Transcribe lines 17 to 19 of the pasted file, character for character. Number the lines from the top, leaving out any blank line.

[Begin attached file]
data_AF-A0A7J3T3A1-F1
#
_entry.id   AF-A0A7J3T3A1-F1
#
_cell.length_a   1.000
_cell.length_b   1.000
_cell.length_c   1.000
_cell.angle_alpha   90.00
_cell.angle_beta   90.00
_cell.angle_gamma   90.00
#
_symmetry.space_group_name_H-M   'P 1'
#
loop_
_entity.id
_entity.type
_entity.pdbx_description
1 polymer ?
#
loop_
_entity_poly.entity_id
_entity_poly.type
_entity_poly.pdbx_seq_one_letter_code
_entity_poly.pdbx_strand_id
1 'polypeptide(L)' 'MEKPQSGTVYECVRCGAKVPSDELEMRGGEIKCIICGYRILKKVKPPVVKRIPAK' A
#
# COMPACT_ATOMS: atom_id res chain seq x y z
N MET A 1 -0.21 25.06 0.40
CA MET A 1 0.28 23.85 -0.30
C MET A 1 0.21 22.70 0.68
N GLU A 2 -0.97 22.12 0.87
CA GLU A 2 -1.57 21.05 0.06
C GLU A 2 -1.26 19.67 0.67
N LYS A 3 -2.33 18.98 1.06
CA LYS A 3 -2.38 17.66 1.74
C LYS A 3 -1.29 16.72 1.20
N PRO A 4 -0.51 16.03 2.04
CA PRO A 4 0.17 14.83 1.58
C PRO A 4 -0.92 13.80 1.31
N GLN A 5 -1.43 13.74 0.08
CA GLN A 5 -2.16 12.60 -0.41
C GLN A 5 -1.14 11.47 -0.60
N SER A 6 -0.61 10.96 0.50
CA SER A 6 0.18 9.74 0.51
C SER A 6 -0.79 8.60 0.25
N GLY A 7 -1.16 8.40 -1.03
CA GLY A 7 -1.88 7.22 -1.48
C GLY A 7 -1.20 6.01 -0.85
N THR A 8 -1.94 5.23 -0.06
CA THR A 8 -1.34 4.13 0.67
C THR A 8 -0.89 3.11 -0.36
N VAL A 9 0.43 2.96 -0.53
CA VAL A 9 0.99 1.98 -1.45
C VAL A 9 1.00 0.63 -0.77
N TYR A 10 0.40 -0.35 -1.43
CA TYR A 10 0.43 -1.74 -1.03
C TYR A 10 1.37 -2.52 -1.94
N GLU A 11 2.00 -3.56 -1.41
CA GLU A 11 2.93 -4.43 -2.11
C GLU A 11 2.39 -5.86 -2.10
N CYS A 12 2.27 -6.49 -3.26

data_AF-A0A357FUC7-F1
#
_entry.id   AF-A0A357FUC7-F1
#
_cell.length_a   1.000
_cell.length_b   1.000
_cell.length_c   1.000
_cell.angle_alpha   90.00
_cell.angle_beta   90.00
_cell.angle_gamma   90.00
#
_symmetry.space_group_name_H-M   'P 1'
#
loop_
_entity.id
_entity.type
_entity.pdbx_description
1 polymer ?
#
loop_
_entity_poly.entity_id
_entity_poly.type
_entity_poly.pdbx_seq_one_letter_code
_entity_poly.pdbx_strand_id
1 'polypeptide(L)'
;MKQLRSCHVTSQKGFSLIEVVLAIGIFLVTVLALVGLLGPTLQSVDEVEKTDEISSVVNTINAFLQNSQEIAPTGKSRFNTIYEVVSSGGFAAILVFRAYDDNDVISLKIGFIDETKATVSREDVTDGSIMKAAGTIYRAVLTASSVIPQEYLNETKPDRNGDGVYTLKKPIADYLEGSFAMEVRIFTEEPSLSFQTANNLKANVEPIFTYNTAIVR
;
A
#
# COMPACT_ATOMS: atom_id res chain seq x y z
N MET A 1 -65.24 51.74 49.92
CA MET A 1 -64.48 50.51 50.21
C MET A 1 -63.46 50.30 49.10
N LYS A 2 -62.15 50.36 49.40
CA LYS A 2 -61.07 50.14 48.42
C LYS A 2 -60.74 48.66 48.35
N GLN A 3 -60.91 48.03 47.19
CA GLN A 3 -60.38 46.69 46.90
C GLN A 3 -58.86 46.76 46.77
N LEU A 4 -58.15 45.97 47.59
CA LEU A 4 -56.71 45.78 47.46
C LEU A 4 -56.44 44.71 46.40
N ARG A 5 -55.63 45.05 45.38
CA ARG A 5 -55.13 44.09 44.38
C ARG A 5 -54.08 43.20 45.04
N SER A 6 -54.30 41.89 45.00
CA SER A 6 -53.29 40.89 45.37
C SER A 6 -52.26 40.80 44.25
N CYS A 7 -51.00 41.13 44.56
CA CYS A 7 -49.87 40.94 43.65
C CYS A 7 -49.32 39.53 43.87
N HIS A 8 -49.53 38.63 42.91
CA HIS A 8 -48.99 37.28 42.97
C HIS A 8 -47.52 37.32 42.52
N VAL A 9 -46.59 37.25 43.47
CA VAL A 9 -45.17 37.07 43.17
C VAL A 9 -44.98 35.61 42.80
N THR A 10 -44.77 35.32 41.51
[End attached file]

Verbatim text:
_entity.pdbx_description
1 polymer ?
#